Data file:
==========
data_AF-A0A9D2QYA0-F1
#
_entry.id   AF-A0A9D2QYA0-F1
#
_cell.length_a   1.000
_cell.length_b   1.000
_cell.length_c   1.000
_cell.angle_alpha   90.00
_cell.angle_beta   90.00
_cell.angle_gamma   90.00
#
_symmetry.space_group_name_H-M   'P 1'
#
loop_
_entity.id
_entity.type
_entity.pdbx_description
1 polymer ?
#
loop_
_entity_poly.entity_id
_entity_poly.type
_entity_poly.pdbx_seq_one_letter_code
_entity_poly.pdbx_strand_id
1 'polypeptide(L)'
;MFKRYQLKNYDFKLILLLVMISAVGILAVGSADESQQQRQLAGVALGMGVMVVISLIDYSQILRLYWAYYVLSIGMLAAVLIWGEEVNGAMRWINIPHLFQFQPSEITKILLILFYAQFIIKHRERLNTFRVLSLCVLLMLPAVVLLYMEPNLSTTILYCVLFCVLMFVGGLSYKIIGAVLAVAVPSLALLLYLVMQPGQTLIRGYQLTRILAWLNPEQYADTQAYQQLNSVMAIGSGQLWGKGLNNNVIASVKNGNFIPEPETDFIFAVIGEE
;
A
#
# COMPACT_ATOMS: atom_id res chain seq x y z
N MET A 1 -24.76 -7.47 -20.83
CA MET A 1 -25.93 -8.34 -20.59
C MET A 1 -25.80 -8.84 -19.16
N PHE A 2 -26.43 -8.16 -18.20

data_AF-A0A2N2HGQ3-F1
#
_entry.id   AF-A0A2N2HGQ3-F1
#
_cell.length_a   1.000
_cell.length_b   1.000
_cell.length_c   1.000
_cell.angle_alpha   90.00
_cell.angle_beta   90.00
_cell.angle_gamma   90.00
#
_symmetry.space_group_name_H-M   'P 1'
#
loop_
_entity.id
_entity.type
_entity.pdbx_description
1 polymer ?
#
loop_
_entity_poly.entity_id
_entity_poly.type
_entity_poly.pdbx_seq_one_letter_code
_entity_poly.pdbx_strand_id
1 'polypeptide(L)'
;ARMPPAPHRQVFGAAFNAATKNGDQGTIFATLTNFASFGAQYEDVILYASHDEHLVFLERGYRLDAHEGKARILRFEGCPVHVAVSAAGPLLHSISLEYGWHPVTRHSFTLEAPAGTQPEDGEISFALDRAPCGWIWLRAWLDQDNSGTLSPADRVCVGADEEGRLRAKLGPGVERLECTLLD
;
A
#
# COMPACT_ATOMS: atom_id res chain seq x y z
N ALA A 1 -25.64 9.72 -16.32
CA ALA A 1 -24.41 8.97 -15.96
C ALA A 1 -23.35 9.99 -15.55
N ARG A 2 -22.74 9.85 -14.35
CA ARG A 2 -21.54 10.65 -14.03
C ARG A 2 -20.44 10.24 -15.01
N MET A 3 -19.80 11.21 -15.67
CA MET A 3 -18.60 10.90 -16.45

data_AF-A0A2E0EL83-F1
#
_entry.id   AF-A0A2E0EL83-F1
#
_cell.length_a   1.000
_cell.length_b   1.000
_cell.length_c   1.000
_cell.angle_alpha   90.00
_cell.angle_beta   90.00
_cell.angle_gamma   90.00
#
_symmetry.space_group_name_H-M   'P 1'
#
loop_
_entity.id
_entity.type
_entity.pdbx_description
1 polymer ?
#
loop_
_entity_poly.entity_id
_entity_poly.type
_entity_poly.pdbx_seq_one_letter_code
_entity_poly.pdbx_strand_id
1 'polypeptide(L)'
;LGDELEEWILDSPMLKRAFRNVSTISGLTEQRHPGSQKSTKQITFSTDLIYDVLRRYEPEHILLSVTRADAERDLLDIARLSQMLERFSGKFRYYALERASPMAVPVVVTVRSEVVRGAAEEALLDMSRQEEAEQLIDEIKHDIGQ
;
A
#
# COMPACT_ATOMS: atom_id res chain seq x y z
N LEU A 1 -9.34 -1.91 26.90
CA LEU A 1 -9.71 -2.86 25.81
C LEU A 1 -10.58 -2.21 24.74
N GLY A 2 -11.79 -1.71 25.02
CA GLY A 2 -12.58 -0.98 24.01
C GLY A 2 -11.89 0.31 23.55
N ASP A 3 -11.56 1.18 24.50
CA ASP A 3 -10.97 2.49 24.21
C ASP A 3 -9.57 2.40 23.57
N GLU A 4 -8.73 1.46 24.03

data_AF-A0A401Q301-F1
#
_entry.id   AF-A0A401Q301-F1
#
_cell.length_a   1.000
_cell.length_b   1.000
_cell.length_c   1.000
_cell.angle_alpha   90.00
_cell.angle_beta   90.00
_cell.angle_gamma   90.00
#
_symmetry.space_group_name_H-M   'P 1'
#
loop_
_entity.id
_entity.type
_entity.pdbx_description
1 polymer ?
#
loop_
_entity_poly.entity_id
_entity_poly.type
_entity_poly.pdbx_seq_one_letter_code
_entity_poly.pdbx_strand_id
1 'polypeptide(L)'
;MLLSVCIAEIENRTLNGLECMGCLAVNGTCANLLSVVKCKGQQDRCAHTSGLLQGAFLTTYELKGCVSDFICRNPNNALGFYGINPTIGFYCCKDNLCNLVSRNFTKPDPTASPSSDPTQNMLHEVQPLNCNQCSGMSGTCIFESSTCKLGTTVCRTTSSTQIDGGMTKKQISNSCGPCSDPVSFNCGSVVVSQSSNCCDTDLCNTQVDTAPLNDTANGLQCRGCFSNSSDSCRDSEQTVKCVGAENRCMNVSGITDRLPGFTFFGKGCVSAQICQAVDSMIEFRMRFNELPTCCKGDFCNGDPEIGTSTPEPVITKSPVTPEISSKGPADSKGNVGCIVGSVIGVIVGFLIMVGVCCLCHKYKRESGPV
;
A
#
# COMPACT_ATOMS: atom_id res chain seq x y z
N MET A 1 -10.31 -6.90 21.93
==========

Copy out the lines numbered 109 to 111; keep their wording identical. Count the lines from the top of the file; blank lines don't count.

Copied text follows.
N ASP A 3 -11.56 1.18 24.50
CA ASP A 3 -10.97 2.49 24.21
C ASP A 3 -9.57 2.40 23.57